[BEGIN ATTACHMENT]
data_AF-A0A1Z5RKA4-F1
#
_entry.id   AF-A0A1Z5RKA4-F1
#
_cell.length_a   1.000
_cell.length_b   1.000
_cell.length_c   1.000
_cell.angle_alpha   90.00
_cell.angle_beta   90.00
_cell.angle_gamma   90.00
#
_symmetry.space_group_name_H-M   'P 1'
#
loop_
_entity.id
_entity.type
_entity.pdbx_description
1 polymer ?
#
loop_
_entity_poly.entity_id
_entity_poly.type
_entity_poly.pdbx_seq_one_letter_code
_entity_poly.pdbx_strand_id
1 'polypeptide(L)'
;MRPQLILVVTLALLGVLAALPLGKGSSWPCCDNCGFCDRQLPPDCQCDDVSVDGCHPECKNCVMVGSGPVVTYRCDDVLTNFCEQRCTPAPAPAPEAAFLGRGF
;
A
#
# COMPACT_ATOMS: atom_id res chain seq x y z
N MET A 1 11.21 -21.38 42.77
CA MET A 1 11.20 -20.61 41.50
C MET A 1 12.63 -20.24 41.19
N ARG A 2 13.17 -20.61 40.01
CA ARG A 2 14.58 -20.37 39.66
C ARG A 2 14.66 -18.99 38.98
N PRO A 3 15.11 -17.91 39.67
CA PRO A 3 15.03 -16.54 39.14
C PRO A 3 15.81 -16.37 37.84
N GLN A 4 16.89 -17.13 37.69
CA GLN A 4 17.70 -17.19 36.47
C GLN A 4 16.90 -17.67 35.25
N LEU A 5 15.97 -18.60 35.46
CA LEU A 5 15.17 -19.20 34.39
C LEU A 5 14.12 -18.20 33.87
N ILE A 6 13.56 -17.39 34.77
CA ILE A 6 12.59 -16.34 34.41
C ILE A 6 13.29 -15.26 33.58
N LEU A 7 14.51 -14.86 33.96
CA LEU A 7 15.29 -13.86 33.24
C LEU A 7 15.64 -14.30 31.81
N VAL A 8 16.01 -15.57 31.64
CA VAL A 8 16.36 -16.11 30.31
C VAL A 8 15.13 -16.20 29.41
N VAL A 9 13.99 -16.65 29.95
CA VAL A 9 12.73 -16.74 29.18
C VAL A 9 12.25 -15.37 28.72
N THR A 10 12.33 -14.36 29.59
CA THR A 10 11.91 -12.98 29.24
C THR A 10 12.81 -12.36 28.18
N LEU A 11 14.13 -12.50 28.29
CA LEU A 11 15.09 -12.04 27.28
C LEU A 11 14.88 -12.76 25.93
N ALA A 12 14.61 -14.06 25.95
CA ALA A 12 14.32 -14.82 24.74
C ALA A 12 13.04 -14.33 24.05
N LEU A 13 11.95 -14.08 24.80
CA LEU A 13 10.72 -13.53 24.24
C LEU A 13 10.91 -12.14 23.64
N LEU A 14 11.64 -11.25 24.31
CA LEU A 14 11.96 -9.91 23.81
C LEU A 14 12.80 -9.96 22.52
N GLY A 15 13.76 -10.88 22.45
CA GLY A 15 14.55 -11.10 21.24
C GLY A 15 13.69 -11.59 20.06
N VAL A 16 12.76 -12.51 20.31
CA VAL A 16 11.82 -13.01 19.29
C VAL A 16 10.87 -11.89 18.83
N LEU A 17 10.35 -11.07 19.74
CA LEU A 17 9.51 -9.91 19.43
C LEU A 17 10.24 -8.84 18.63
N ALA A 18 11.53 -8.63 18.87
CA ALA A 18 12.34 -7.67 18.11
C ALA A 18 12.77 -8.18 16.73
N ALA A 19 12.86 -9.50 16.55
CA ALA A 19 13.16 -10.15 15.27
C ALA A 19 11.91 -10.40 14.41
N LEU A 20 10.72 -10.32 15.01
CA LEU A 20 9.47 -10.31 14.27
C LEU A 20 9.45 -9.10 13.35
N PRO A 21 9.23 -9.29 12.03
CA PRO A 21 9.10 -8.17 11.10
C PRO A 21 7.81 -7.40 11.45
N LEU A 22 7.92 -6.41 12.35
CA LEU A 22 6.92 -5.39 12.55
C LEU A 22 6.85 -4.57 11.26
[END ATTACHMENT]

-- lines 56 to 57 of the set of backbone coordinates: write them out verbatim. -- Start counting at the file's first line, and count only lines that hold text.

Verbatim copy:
CA VAL A 9 12.73 -16.74 29.18
C VAL A 9 12.25 -15.37 28.72